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Table of Contents
Year : 2012  |  Volume : 28  |  Issue : 2  |  Page : 267-268

An unusual defect in the nitrous oxide pipeline

Department of Anaesthesia and Intensive Care, Postgraduate Institute of Medical Education and Research, Chandigarh, India

Date of Web Publication11-Apr-2012

Correspondence Address:
Amit Jain
Department of Anaesthesia and Intensive Care, Postgraduate Institute of Medical Education and Research, Chandigarh
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Source of Support: None, Conflict of Interest: None

DOI: 10.4103/0970-9185.94921

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How to cite this article:
Jain A, Makkar JK, Sahni N, Solanki SL. An unusual defect in the nitrous oxide pipeline. J Anaesthesiol Clin Pharmacol 2012;28:267-8

How to cite this URL:
Jain A, Makkar JK, Sahni N, Solanki SL. An unusual defect in the nitrous oxide pipeline. J Anaesthesiol Clin Pharmacol [serial online] 2012 [cited 2021 Apr 18];28:267-8. Available from:


We wish to report an unusual defect in nitrous oxide hose (Amvex, Richmond Hill, ON) that was detected while delivering anesthesia to a child. Routine checkup of all the equipment was done before starting the case in accordance with association guidelines and no leaks were detected. [1] A 3-year-old boy was scheduled for herniorrhaphy. Inhalational induction of anesthesia was started with oxygen (O 2 ), nitrous oxide (N 2 O), and sevoflurane, using an Ohmeda Aestiva/5 machine (Ohmeda, Helsinki, Finland) with a Jackson Rees breathing system. Sevoflurane was increased progressively by 2% every 3-4 breaths. Despite delivery of 8% sevoflurane for 2 mines, the child continued to struggle. Inadequate filling of the reservoir bag was observed. Circuit was checked for any accidental disconnections. Visual inspection of the N 2 O flow meter revealed a drop in the level of the bobbin from the initial setting of 3 to 0.8 l/min. An attempt to increase the N 2 O flow rate, by rotating the knob, failed to increase the level of the bobbin. A fall in the N 2 O pipeline pressure (on the anesthetic work station gauge) from 45 psig initially to 30 psig was also noted. Induction of anesthesia was achieved with sevoflurane in 100% O 2 at fresh gas flow rate of 4 l/min. Following induction, a quick search was made for possible cause of fall in N 2 O pressures. The manifold pressures were at 45 psig and the machine had been checked for any leak before starting the case.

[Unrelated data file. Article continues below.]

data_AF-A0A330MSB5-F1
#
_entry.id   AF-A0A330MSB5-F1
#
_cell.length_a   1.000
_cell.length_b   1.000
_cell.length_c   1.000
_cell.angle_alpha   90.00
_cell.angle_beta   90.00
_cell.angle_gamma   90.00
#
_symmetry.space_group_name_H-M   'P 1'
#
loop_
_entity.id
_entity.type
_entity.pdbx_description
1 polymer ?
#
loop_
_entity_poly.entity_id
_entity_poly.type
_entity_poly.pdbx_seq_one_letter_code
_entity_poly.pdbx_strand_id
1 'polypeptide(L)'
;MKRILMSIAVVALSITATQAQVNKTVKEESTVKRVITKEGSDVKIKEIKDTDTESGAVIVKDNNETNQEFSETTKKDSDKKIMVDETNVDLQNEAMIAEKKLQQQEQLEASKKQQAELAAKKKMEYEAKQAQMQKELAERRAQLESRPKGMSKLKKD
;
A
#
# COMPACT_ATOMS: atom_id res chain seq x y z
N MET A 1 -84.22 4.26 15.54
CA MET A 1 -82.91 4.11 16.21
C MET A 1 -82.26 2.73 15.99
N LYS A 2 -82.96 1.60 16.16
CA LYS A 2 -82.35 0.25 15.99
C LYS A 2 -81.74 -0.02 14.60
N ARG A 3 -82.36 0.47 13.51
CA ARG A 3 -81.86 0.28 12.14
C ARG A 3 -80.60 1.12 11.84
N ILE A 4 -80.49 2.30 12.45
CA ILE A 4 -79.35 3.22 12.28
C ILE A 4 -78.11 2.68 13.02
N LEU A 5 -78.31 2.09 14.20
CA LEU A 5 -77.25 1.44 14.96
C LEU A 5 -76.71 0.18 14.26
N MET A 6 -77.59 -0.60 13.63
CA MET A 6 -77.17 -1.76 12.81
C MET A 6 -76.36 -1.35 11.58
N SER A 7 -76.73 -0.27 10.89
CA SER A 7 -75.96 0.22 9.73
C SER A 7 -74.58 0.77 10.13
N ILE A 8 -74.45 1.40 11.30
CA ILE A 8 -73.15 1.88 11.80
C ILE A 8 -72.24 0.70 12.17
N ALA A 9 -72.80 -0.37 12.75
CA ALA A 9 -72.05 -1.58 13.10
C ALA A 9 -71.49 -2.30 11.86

A close inspection of the N 2 O hose demonstrated 18 cm long segment of fusiform dilatation [Figure 1] with a minute hole [Figure 2]. This portion of the hose was soft on texture and crepitations could be felt over it. Defect occurred possibly following the initial damage of internal nylon braided pipe resulting in the seepage of N 2 O (at intermediate pressures) between the external polyvinylchloride (PVC) coating and nylon braiding. The gas leaked between the two layers of pipe, before puncture of the PVC coating resulting in sudden drop in the N 2 O pipeline pressures occurred at the machine end. The most likely cause of the defect was the repeated wheeling of the anesthesia machine over the pipeline. Pipeline of N 2 O was changed later.
Figure 1: Nitrous oxide pipeline with arrow showing a dilated segment

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Figure 2: Arrow pointing hole in the dilated portion of nitrous oxide pipeline

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Such a damage to the N 2 O pipeline could present as sudden burst of pipeline and can even occur in an oxygen pipeline. The damage can be prevented by raising pipelines off the floor or by using gas columns/pendants/ceiling hose drops/articulating arms. Inspection of the anesthesia pipelines along with the test recommended for leaks [2] should be performed carefully and this should be added to the list of defects reported in the anesthesia gas pipeline systems. [3],[4],[5]

  References Top

1.AAGBI. Checklist for anaesthetic apparatus. London: Association of Great Britain and Ireland; 1997.  Back to cited text no. 1
2.Lecky JH. The mechanical aspects of anesthetic pollution control. Anesth Analg 1977;56:769-74.  Back to cited text no. 2
3.Lacoumenta S, Hall GM. A burst oxygen pipeline. Anaesthesia 1983;38:596-7.  Back to cited text no. 3
4.Howell RS. Piped medical gas and vacuum systems. Anaesthesia 1980;35:676-98.  Back to cited text no. 4
5.Ewart IA. An unusual cause of gas pipeline failure. Anaesthesia 1990;45:498.  Back to cited text no. 5


  [Figure 1], [Figure 2]


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